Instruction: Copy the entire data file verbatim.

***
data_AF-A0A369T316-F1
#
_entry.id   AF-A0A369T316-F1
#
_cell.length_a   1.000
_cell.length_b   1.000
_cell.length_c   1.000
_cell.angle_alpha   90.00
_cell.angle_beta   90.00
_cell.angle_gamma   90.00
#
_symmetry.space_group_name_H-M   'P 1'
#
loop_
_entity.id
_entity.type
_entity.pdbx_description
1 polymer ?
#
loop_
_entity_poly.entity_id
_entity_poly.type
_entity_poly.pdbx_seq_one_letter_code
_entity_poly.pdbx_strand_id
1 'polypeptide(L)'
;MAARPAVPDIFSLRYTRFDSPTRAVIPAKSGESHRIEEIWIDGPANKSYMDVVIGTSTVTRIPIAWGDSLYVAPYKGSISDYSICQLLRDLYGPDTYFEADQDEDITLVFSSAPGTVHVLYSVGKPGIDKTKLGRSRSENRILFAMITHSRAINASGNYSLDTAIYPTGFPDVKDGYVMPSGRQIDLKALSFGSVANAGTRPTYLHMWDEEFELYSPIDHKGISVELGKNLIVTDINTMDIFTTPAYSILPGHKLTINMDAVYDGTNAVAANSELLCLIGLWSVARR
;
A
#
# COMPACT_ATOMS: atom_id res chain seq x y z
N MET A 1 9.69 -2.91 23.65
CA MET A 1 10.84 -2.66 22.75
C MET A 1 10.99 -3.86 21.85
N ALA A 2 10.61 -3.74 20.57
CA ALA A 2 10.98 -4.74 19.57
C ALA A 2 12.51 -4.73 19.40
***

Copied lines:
data_AF-A0A369T316-F1
#
_entry.id   AF-A0A369T316-F1
#
_cell.length_a   1.000
_cell.length_b   1.000
_cell.length_c   1.000
_cell.angle_alpha   90.00
_cell.angle_beta   90.00
_cell.angle_gamma   90.00
#
_symmetry.space_group_name_H-M   'P 1'
#
loop_
_entity.id
_entity.type
_entity.pdbx_description
1 polymer ?
#
loop_
_entity_poly.entity_id
_entity_poly.type
_entity_poly.pdbx_seq_one_letter_code
_entity_poly.pdbx_strand_id
1 'polypeptide(L)'
;MAARPAVPDIFSLRYTRFDSPTRAVIPAKSGESHRIEEIWIDGPANKSYMDVVIGTSTVTRIPIAWGDSLYVAPYKGSISDYSICQLLRDLYGPDTYFEADQDEDITLVFSSAPGTVHVLYSVGKPGIDKTKLGRSRSENRILFAMITHSRAINASGNYSLDTAIYPTGFPDVKDGYVMPSGRQIDLKALSFGSVANAGTRPTYLHMWDEEFELYSPIDHKGISVELGKNLIVTDINTMDIFTTPAYSILPGHKLTINMDAVYDGTNAVAANSELLCLIGLWSVARR
;
A
#
# COMPACT_ATOMS: atom_id res chain seq x y z
N MET A 1 9.69 -2.91 23.65
CA MET A 1 10.84 -2.66 22.75
C MET A 1 10.99 -3.86 21.85
N ALA A 2 10.61 -3.74 20.57
CA ALA A 2 10.98 -4.74 19.57
C ALA A 2 12.51 -4.73 19.40